Given the scale of the problem, this is not a huge amount. But, strategically allocated, it has had successes. In Turkey, Mr Bloomberg's antismoking efforts, led by Kelly Henning, a top public health official from Mr Bloomberg's days at City Hall, started in November 2007 — just before Mr Erdogan's anti-tobacco speech. Doctors, academics and health officials — most of whom had spent decades warning of the dangers of smoking — were identified and funded. Some of the experts had ties to sympathetic officials in the health ministry who, in turn, had Mr Erdogan's ear. Soon, papers and proposals were circulating that advocated banning cigarettes in public areas and increasing taxes to stem consumption.
Nazmi Bilir, a doctor and antismoking activist who worked on several studies funded by Mr Bloomberg, said Mr Erdogan and his health advisers were quick to respond. "This was an important issue for the prime minister," Mr Bilir said.
Mr Erdogan, then at the height of his political power, was able to push through tough laws in 2009 that led to New York City-style bans on smoking in public places, enhanced warnings on cigarette packages and increased prices via higher taxes.
According to a World Health Organisation report published last year, the overall smoking rate in Turkey decreased to 27 per cent in 2012 from 32 per cent in 2008, with the male rate dropping to 41 per cent from 48 per cent.
The statistics don't convey the enormity of the change. Historically, Turks have been fanatic smokers, with a cultural acceptance so unquestioned that in the mid-1990s, surveys showed that 43 per cent of doctors and 34 per cent of professional athletes lit up regularly.
This largely reflects an embrace of Western mores in the years after World War II. Smoking a Marlboro came to signal not just a sense of cool but also a more profound sense of being European.
Now the cloud of smoke that just a few years ago filled taxis, restaurants, beer halls, offices and even the ferry boats that cross the Bosporus has visibly dissipated.
The effect, to a small degree, can be seen on the bottom line of Philip Morris International, the global cigarette giant, which controls 45 per cent of the Turkish cigarette market. The company, which gets 10 per cent of its revenue from Turkey, reported a 5 per cent decrease in the volume of cigarettes sold in 2013.
Driving this result, beyond persistent weakness in Europe, were sharp volume declines in Russia, the Philippines and Turkey, where a 7.6 per cent fall in cigarettes sold represented one of the company's sharper declines.
Still, old habits die hard.
On an early-morning ferry commute, two Turkish men sipped tea and puffed on cigarettes in perfect contentment, ignoring the bright red no-smoking sign in front of them and the threat of a 75 lira fine (about $US34).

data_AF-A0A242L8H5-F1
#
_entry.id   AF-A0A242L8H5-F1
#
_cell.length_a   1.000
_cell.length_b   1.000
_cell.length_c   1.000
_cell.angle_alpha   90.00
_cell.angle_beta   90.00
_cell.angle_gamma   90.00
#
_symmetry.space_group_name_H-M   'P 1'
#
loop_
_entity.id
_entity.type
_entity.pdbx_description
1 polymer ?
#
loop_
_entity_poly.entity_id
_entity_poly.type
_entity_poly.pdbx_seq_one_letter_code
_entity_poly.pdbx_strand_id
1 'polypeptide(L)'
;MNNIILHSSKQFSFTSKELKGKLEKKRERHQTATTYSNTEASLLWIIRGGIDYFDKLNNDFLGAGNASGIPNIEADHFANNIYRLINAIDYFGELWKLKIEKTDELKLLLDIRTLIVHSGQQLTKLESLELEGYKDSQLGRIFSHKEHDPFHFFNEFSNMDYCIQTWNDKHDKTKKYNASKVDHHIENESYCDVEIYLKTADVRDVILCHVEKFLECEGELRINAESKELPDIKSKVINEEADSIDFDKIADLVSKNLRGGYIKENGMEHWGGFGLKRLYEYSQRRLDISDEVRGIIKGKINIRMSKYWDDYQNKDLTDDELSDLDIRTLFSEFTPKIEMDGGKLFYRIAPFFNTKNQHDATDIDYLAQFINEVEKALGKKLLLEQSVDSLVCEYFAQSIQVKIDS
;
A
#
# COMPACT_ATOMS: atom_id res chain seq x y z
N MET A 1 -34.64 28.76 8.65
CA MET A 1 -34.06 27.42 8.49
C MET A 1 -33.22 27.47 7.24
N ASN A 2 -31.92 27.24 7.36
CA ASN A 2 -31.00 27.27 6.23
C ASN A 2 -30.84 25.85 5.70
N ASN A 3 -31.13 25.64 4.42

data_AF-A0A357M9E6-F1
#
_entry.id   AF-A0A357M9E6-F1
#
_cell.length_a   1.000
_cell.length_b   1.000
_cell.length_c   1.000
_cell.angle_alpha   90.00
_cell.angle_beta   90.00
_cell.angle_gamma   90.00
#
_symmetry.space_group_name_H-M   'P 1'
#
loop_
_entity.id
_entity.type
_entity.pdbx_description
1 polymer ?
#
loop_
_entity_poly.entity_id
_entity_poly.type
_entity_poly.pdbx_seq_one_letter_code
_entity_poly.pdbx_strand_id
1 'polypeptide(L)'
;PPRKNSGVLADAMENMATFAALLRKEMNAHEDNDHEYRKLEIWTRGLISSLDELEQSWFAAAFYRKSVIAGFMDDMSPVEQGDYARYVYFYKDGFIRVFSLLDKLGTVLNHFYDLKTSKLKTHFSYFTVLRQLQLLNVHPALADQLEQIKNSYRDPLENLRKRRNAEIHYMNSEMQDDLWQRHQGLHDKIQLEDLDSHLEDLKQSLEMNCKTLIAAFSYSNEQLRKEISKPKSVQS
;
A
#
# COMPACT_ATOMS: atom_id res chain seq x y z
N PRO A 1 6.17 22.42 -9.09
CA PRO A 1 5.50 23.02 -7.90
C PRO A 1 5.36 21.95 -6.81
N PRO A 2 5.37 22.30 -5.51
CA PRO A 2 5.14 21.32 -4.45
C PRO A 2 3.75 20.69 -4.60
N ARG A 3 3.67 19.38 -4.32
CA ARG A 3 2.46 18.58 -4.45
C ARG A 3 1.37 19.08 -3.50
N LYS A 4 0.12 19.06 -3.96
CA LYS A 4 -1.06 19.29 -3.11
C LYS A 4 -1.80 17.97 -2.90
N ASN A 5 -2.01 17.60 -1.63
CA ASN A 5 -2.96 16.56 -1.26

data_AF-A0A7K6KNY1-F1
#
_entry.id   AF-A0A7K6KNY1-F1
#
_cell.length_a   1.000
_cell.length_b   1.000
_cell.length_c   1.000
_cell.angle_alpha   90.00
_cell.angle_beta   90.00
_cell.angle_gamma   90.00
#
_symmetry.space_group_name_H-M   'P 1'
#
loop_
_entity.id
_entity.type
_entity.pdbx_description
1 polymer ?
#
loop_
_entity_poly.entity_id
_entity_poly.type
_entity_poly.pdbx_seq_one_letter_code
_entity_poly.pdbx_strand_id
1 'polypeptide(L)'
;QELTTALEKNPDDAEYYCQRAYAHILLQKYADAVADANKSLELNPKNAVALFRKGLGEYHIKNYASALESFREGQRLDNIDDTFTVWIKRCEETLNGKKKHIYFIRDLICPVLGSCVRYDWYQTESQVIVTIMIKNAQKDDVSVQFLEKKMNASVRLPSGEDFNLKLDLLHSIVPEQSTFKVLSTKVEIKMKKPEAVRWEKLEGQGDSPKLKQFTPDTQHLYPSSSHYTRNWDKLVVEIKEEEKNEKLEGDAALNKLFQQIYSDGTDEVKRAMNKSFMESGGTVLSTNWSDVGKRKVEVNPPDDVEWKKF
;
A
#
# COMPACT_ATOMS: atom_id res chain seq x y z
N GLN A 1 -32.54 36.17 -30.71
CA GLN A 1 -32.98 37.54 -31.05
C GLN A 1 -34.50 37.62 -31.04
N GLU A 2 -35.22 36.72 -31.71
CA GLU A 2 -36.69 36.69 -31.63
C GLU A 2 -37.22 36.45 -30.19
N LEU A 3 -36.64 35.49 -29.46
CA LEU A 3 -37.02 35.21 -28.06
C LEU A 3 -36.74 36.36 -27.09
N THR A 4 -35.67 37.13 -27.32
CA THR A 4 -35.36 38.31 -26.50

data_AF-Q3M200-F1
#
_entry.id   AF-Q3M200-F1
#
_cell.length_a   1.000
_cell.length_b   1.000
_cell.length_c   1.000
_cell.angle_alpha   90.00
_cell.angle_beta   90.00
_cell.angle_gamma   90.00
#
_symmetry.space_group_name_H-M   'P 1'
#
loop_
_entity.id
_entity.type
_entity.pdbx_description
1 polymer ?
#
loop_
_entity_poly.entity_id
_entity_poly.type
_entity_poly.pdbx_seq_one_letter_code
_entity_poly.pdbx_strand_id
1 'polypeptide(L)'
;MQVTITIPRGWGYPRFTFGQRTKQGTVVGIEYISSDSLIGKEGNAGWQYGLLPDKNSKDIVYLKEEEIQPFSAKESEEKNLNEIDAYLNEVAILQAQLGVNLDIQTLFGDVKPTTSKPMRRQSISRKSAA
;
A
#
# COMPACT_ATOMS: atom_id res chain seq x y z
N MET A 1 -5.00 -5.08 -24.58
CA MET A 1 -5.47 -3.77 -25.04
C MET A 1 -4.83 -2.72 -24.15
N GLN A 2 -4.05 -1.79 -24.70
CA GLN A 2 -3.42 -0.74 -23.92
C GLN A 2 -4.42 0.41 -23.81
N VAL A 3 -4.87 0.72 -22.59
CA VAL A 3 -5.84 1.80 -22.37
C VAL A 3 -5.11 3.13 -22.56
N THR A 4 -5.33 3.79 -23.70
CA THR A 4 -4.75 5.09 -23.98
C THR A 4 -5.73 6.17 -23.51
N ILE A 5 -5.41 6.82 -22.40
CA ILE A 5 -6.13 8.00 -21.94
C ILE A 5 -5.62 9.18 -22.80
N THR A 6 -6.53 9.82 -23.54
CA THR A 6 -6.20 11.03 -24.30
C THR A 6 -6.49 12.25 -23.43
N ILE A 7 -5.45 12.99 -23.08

"It's a terrible thing to smoke as much as I do — and I agree with what the prime minister says about not smoking," said one of them, a 21-year-old shop apprentice. He said he smoked a pack of Marlboros a day.
But, he continued with a guilty smile, it's a beautiful day on the Bosporus, his tea is steaming hot and no one has told him to his face that he can't enjoy his morning puff.
Battle of the Billionaires
Mr Bloomberg's boat ride up the Bosporus was coming to an end, and, ever the management geek, he was contemplating how to give away his billions most effectively and efficiently.
Like many self-made billionaires, he likes to benchmark himself against those he sees as his competitive peers.
So Mr Clinton's name came up, as did those of the Rockefeller and Carnegie foundations and, of course, Mr Gates, with whom Mr Bloomberg has joined forces on several charitable initiatives.
Mr Bloomberg was quick to praise the generosity of the Bill & Melinda Gates Foundation. It gave away $US3.6 billion last year; Mr Bloomberg's foundation has given away less — $US3.3 billion — in total donations to date. But he is not a fan of the Gates foundation bureaucracy. The foundation employs 1,200 people, compared with the 30 or so who work for Mr Bloomberg's charity.
One rival billionaire, who asked not to be identified because he did not like to discuss publicly the charity efforts of his peers, wondered why Mr Bloomberg was not making larger contributions. "You want to meet your unique capabilities," this person said. "Giving away $US2 billion in one shot — now that would meet Mike's capabilities."
Mr Schervish of Boston College suggested that Mr Bloomberg needed to make some changes. "The question is, how will he do this in his lifetime?" he said. "I think he will need a more elaborate administrative organisation."
Mr Bloomberg does not seem pressed, though, and says he has no immediate plans to hire large numbers of staff members. In fact, the financier in him smiles at the fact that the $US7 million his foundation has spent against smoking in Turkey has produced such an impressive return.
He says he has also considered matching grants, or supporting causes championed by other foundations (as he has done with the Gates Foundation's bid to eradicate polio) as a way to increase his giving.
That said, he agrees that the issue is a vexing one — whether for him, Mr Gates or the ever-growing line of billionaires in giving-it-all-away mode.
But don't underestimate the power of Mr Bloomberg's notorious impatience to speed things up. He told a story of becoming stuck earlier this year behind someone on a downward escalator at Bloomberg headquarters. For most people, this would not be a memorable moment. But for Mr Bloomberg, it was a high crime.
"I don't have anything in common with people who stand on escalators," he said with a sad shake of his head. "I always walk around them — why waste time? You have eternity to rest when you die."
The New York Times